London Mayor Sadiq Khan has recently imposed a ban on any adverts for “junk food” being displayed on the Tube network. This is a grossly objectionable and illiberal measure which is preventing the advertising of perfectly legal products that are enjoyed by millions. Even if the supposed justification was valid, it is in any case unlikely to have any significant effect. It is just another case of “something must be done”.
The problem is that the ban is using the definition of “HFSS” food, that is food that is high in fat, salt or sugar. This includes many items than most people would regard as natural and wholesome, such as orange juice, butter, full-fat cheese and milk, and many meat products including bacon. So a company called Farmdrop who supply mixed boxes of supposedly natural fair trade foods found that they had fallen foul of this by showing a photo including bacon and butter. They wrote about it in pretty aggrieved terms on their blog:
Naturally, we were pretty shocked that a picture of some fresh groceries with a healthy mixture of fruits and vegetables, dairy, eggs and cupboard staples would flout TfL’s new junk food rules. But it turns out that TfL score foods individually according to a nutrient profiling model created by the Government. It’s a pretty crude measure and means that foods you would still think of as junk, like fizzy drinks with artificial sweeteners or low-fat fried foods, could in some scenarios comply with the new regulations.Yet they still say they support the ban on principle, just not when it happens to apply to them. Of course, “junk food” is a an extremely vague and subjective concept, and often seems to add up to nothing more than “food that working-class people enjoy”. This attitude is satirised in another Daily Mash article entitled It’s not a takeaway when we do it, say middle class people. As has very wisely been said, there is no such thing as junk food, only junk diets.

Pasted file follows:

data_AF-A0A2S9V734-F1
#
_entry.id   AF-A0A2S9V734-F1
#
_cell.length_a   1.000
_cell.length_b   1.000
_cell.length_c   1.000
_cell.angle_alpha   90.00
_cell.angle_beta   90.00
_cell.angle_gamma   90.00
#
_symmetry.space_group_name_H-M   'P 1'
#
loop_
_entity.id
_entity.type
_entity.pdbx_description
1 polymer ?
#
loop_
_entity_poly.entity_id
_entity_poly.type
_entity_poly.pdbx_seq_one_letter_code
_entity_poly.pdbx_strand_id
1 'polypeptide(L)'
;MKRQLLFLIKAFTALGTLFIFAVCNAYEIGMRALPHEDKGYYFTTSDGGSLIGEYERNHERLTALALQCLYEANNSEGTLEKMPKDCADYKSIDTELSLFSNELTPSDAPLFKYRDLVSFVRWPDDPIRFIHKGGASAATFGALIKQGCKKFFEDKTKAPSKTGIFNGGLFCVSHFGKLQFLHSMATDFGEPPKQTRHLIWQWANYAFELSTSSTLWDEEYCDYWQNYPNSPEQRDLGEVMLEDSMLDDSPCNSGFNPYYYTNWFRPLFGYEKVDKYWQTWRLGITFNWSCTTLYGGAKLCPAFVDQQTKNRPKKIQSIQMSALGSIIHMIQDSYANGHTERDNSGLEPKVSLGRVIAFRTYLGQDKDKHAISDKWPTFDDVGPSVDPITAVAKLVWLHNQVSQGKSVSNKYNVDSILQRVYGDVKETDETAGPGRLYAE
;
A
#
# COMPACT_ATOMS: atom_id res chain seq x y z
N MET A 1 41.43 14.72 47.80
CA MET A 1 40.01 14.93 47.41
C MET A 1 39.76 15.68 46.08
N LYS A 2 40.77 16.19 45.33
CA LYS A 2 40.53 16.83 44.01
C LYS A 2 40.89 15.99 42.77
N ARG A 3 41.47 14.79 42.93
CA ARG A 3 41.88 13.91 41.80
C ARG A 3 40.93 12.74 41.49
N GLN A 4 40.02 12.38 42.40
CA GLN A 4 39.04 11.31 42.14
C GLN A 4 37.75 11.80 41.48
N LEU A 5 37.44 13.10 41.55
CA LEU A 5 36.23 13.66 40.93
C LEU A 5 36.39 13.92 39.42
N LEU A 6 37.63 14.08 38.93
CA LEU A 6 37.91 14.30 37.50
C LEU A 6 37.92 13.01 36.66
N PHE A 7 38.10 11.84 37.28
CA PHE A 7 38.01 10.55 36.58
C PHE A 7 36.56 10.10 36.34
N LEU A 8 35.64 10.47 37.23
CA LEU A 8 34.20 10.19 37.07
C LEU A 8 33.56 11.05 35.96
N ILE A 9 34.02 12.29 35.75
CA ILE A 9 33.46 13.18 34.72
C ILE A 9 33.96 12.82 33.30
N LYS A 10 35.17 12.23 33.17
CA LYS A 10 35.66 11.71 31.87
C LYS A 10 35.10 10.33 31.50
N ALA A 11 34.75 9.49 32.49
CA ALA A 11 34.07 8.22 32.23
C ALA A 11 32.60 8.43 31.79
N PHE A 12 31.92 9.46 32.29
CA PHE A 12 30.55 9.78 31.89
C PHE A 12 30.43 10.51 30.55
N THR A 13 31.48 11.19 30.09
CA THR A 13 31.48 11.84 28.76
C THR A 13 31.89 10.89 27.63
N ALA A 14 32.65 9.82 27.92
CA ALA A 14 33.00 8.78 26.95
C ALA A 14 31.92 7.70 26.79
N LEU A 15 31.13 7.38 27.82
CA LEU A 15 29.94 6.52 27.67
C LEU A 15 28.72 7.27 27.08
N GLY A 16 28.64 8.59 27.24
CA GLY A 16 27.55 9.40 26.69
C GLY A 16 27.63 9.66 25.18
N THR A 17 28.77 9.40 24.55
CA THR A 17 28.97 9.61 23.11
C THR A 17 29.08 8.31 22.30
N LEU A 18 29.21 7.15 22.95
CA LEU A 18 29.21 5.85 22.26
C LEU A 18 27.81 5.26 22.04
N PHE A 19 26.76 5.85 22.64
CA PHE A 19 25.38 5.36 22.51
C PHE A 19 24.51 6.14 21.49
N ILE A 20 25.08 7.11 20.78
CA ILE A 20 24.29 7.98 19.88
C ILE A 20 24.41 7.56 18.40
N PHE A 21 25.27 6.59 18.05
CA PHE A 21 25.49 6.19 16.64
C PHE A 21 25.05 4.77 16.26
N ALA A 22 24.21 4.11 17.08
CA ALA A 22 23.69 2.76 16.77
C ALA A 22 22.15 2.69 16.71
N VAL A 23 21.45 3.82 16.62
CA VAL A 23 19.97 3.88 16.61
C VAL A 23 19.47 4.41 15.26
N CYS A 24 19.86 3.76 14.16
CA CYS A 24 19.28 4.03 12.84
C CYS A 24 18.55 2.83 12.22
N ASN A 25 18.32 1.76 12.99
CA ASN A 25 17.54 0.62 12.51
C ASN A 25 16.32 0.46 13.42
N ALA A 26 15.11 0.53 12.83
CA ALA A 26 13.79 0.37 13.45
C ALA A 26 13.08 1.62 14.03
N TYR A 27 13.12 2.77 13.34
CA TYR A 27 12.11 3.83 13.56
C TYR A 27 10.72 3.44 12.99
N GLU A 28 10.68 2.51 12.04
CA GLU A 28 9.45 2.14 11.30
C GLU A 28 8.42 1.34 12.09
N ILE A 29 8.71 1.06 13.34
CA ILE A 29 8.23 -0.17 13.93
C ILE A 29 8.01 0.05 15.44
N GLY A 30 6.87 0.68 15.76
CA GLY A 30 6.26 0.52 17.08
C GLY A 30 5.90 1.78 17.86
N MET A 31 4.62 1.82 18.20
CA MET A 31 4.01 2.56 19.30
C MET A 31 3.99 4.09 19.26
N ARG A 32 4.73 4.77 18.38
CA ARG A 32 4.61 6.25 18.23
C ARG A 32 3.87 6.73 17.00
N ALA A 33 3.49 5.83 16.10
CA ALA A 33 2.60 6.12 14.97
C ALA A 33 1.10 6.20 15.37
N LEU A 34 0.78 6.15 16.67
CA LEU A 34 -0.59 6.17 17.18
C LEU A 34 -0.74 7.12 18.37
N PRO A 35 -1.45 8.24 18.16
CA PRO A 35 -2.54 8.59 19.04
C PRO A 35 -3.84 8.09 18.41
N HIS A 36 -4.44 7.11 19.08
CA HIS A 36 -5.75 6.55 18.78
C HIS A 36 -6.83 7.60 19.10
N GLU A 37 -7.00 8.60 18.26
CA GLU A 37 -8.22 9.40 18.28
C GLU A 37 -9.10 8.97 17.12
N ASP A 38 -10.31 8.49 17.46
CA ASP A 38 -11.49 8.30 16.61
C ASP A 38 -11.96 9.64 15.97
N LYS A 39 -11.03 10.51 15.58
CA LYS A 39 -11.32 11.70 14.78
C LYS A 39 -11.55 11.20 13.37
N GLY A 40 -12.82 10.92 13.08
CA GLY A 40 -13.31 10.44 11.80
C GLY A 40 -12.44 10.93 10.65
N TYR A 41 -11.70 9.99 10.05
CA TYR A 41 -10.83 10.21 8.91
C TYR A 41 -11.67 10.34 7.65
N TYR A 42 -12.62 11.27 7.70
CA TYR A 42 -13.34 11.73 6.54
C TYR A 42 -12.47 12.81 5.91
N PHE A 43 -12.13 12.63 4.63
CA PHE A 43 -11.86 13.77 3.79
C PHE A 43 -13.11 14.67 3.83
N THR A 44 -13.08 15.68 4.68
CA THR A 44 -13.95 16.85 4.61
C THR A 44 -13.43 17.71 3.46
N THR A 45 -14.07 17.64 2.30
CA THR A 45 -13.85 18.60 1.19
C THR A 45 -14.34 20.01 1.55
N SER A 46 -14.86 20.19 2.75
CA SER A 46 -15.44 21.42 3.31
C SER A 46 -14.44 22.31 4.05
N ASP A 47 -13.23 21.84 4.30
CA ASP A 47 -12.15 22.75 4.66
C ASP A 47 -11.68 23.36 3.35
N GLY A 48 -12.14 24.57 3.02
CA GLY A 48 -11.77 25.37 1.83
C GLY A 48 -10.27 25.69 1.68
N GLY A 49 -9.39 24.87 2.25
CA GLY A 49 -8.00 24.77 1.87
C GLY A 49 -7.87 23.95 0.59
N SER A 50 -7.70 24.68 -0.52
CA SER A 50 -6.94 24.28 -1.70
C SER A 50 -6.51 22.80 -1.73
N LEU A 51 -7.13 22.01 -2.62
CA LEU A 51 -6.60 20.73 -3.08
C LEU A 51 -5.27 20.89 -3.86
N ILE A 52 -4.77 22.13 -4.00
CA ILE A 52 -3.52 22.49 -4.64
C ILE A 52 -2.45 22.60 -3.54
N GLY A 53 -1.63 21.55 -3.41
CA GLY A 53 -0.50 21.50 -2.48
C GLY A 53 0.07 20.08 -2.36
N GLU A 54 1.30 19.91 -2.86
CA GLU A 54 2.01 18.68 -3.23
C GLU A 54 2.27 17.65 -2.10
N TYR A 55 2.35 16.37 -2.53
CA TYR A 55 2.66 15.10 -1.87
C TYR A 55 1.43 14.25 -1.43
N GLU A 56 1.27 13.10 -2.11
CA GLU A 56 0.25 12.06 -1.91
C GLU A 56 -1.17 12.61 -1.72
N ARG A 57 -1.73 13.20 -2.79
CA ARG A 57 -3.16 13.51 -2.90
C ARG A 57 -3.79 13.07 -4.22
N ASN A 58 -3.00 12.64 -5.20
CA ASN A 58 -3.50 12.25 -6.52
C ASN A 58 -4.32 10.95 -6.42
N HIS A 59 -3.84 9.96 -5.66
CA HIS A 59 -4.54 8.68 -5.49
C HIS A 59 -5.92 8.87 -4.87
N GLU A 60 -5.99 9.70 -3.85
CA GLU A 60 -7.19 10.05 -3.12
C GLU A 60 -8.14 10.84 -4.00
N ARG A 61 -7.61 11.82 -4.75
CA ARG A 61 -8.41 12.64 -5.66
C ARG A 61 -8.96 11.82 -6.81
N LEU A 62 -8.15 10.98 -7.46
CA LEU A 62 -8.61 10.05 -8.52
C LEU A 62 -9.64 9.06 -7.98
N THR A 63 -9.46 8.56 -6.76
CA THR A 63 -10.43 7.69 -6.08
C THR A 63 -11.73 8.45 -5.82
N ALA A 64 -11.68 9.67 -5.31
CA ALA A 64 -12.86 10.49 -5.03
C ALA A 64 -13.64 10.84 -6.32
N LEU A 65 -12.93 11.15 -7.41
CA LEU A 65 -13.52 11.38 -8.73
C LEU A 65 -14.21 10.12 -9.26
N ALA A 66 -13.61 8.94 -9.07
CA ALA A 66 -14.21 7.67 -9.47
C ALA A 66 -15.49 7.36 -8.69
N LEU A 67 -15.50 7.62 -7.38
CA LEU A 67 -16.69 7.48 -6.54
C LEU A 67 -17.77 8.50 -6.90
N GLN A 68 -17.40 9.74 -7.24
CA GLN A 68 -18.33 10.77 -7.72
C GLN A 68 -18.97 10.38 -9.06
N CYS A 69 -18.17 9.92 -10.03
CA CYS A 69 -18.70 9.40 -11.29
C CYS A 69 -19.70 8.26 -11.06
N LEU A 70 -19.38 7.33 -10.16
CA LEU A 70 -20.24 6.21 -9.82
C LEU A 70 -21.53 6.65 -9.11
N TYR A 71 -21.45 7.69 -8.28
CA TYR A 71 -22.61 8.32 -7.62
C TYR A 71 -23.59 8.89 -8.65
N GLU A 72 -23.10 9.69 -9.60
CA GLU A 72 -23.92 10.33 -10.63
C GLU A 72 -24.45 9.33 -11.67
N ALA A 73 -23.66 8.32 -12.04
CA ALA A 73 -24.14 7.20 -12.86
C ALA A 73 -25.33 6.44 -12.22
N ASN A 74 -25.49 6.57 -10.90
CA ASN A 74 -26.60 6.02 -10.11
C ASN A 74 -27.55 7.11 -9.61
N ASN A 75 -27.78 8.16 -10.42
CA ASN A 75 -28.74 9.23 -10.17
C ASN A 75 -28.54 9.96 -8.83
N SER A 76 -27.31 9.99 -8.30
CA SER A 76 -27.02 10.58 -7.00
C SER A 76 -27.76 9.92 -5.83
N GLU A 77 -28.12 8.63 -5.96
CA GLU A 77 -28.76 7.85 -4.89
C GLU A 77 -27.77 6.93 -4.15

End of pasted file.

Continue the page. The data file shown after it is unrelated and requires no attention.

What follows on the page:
Take McDonald’s. Last year, the fast-food chain was allowed to run a Happy Meal advert during children’s television and it passed the Advertising Standards Authority’s (ASA’s) standards for healthy food, which are the same standards TfL are now using for the junk food ban. According to the ASA, a McDonald’s Happy Meal is not a junk food product because 80% of the mains, and 100% of the sides are non-HFSS. But swapping out sugar for a sweetener or fruit for chips, doesn’t detract from the fact that this is still a fast food company promoting meals with fried foods to kids.
As with potentially “harmful” alcoholic drinks, any attempt to produce a hard and fast definition of “junk food” is inevitably going to be a very broad brush that will sweep up many products that nobody would have considered fell within that category. Again following the example of alcohol, maybe the answer is to employ Jamie Oliver to decide what is healthy middle-class gourmet fare, and what is artery-furring plebeian slop.
And the question must be asked whether it would be a better use of Sadiq Khan’s time and energy to concentrate on the epidemic of lethal knife crime sweeping the capital rather than engaging in such pointless and illiberal gesture politics.